Also compare the running-times of Visual Studio 2015 & 2008 -> that is ridiculous. I want to make my work and not want to deal with Microsofts "Inventions" that nobody needs...
Why Microsoft tries to integrate the Compiler & Webserver into the Web-Applications? That is unprofessional - in our firm we have specialists who controlled their own sector - Website, Server, Network, WCF Services and so on....
@Johann - sure, but many applications need to support open access. If you have an open API that is to be consumed from many clients you need to have any origin.
If you can crank it down - by all means do, but that doesn't invalidate the need for having * accessibility.
That was of great help! I struggled a little with how to find the name of the .exe file because I am not building an executable, just a macro-like thing for a plugin for a desktop application. So I would like to add that just using an Asterisk as the registry key name would force the usage of the specified version of IE on ALL apps that use Web browser control.
using builder.AllowAnyOrigin() essentially disables CORS. It is preferable to selectively enable domains like builder.WithOrigins("http://example.com")
The above answer is not valid for AdSense. It is against the TOS.
@hannes - yup, but that doesn't always work. In my case I have a dev tool that installs an extension and you can uninstall the tool independently of the addin. Now if the user uninstalls my tool, then reinstalls and the addin hasn't rev'ed it fails which is sad. The installer should be smart enough to either detect that the component is already there with the same version and just silently go on or otherwise provide a silent fail option in that can be trapped somehow, but neither is available.
Cool aritcle! Thanks for sharing.
The update problem should be solved by increasing the version number.
Can I specify multiple file specifications, like **.bak; .bak2 etc.
Hi, thanks a lot for this post, it was quite difficult to find just this and not the whole Identity + EF implementation.
I have a question though, regarding cookie timeout and presenting it to the user.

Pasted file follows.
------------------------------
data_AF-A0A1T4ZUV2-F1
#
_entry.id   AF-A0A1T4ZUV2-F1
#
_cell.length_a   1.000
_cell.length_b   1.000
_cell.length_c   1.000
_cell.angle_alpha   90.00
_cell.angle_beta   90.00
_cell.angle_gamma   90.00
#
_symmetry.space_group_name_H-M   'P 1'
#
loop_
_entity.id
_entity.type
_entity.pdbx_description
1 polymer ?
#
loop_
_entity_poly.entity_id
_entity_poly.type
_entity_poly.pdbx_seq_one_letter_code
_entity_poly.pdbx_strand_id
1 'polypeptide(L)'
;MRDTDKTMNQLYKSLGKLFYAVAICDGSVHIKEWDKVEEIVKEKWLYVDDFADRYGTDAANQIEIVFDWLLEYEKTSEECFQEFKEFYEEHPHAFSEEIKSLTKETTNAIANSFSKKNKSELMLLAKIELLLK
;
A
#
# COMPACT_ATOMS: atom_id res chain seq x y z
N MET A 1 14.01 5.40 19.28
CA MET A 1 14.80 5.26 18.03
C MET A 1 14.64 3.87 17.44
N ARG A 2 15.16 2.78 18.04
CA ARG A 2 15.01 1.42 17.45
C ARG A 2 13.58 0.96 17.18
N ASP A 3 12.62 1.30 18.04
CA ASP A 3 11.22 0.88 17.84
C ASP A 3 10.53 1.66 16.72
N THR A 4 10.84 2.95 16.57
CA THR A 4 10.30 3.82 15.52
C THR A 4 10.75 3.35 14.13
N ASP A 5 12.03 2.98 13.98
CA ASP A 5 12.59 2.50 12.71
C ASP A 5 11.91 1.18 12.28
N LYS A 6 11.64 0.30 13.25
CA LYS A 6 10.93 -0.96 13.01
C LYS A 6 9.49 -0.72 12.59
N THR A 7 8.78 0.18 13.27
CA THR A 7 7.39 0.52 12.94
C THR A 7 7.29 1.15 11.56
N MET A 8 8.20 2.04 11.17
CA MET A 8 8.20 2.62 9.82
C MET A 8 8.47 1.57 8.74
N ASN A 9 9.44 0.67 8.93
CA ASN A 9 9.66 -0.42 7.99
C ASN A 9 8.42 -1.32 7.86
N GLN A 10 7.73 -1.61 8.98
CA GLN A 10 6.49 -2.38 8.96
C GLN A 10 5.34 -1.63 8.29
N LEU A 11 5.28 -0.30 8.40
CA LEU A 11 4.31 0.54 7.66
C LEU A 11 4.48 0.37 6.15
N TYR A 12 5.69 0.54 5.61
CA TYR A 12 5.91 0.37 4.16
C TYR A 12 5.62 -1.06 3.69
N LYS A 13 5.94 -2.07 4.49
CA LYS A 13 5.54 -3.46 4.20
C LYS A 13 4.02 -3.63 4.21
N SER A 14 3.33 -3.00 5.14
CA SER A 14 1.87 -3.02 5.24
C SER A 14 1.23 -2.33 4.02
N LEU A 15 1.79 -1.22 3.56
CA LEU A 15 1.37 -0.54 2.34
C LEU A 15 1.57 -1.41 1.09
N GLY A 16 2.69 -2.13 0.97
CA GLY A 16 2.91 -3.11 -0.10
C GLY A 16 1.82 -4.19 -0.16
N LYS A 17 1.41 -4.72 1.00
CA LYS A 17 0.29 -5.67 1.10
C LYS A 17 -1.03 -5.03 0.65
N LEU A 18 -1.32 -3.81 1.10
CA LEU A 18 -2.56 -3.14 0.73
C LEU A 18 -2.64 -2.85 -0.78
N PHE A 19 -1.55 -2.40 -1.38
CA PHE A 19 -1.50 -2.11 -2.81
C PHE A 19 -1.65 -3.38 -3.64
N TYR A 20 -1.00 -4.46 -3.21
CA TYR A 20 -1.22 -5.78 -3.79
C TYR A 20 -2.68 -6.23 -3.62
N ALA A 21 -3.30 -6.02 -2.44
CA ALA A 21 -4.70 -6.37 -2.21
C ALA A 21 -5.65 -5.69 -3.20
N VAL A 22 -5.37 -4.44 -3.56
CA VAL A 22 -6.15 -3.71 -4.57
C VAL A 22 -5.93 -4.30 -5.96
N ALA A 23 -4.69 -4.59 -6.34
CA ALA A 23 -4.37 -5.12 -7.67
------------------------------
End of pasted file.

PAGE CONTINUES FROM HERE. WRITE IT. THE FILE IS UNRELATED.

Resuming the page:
I have been following this kind of approach to it:
basically I setup my cookie with a SlidingExpiration = true, then, after the user logs in I do a request by ajax to get the current remaining cookie valid time, but by doing that request (which runs periodically by 1 sec or so) then the cookie itself gets renewed and never expires, do you have any suggestions to present that info to the user and not confuse the ajax request with a user's request?
thanks in advance!!
Ryan - compression is handled by IIS for static content, but not for dynamic content generated by Kestrel. The AspNetCore module passed content straight through the pipeline so there's no post processing of requests except for the proxy header fixups (which may actually get added beforehand). Otherwise IIS just forwards the request as is.
So, if you want compression in your application generated content you need to use the content compression middleware in ASP.NET Core.
Hey Rick, Thankyou very much.. from last few days I was facing similar issue on two different places with different z-index values, in which one is working fine and other is disturbed. When I applied the z-index value in css the first one got disturbed & the other one was working fine.. I tried a lot with different solutions, but nothing worked. But this works.. Thanks a lot
Great article. Had a question. I implemented the exception filter in my project. when i throw a exception, the filter is capturing it. but when error occurs in the application, for example, i gave wrong database name, the filter is not capturing it. I am able to see the exception in console window, but exception is not handling it to give error in json format. am i missing something? Thanks.
Thanks for your write-up about LetsEncrypt-Win-Simple.
I managed to get it working within IIS 8. This is going to simplify an annoying task.
However, when asked if I want to to auto renew every 60 days I chose 'No' as I thought I could choose 'Y' the next time but it does not give me this option again. I see there is a new letsencrypt daily task in Task Scheduler but I don't think this is the 60 day auto renewal.
I do not see a way to either renable the auto renewal Y/N option when running letsencrypt.exe or how to manually add it to a config file.
Just wondering if this is something you know about?
I've read about Net Standard for at least a year now, and waited for VS 2017 to come out. Now that it is, I've studied what VS 2017 does in order to understand what Net Standard really is. Unfortunately, I still do not understand why everyone keeps saying that Net Standard is not an implementation, when everything I see in VS 2017 says Net Standard is an implementation. As someone wisely said, "Don't tell me [Microsoft] what you believe in. I'll observe how you behave and I will make my own determination."
Aside, I can accept Net Standard may be also a standard, but what's listed at https://github.com/dotnet/standard/blob/master/docs/versions/netstandard1.6_ref.md is a terrible definition. It contains no semantics, so what one framework would do might be completely different in another framework. Maybe I'm too old school.